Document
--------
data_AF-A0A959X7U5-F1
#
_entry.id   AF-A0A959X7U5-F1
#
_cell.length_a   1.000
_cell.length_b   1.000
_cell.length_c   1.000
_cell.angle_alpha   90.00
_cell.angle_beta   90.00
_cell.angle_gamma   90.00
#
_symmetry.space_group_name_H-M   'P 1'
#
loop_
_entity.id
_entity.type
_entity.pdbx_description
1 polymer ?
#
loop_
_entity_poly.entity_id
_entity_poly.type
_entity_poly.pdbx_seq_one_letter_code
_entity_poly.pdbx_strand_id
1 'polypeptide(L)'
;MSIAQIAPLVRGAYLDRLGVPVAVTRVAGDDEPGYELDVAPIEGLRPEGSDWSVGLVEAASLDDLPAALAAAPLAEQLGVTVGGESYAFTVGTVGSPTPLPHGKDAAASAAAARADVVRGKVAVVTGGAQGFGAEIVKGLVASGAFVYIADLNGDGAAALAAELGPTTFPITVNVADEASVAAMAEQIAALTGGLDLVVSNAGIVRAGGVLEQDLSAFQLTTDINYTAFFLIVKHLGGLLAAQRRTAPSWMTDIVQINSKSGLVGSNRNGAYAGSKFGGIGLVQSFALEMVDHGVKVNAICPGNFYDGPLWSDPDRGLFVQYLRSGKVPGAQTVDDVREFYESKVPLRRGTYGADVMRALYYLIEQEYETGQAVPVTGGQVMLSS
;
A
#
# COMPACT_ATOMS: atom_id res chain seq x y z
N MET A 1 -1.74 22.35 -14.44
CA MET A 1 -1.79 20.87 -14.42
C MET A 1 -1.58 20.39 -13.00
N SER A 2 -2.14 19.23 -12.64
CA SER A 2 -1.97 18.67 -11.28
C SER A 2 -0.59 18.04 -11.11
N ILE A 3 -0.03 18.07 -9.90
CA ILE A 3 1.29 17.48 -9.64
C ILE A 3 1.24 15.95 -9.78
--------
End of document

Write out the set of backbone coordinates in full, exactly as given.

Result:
data_AF-A0A959X7U5-F1
#
_entry.id   AF-A0A959X7U5-F1
#
_cell.length_a   1.000
_cell.length_b   1.000
_cell.length_c   1.000
_cell.angle_alpha   90.00
_cell.angle_beta   90.00
_cell.angle_gamma   90.00
#
_symmetry.space_group_name_H-M   'P 1'
#
loop_
_entity.id
_entity.type
_entity.pdbx_description
1 polymer ?
#
loop_
_entity_poly.entity_id
_entity_poly.type
_entity_poly.pdbx_seq_one_letter_code
_entity_poly.pdbx_strand_id
1 'polypeptide(L)'
;MSIAQIAPLVRGAYLDRLGVPVAVTRVAGDDEPGYELDVAPIEGLRPEGSDWSVGLVEAASLDDLPAALAAAPLAEQLGVTVGGESYAFTVGTVGSPTPLPHGKDAAASAAAARADVVRGKVAVVTGGAQGFGAEIVKGLVASGAFVYIADLNGDGAAALAAELGPTTFPITVNVADEASVAAMAEQIAALTGGLDLVVSNAGIVRAGGVLEQDLSAFQLTTDINYTAFFLIVKHLGGLLAAQRRTAPSWMTDIVQINSKSGLVGSNRNGAYAGSKFGGIGLVQSFALEMVDHGVKVNAICPGNFYDGPLWSDPDRGLFVQYLRSGKVPGAQTVDDVREFYESKVPLRRGTYGADVMRALYYLIEQEYETGQAVPVTGGQVMLSS
;
A
#
# COMPACT_ATOMS: atom_id res chain seq x y z
N MET A 1 -1.74 22.35 -14.44
CA MET A 1 -1.79 20.87 -14.42
C MET A 1 -1.58 20.39 -13.00
N SER A 2 -2.14 19.23 -12.64
CA SER A 2 -1.97 18.67 -11.28
C SER A 2 -0.59 18.04 -11.11
N ILE A 3 -0.03 18.07 -9.90
CA ILE A 3 1.29 17.48 -9.64
C ILE A 3 1.24 15.95 -9.78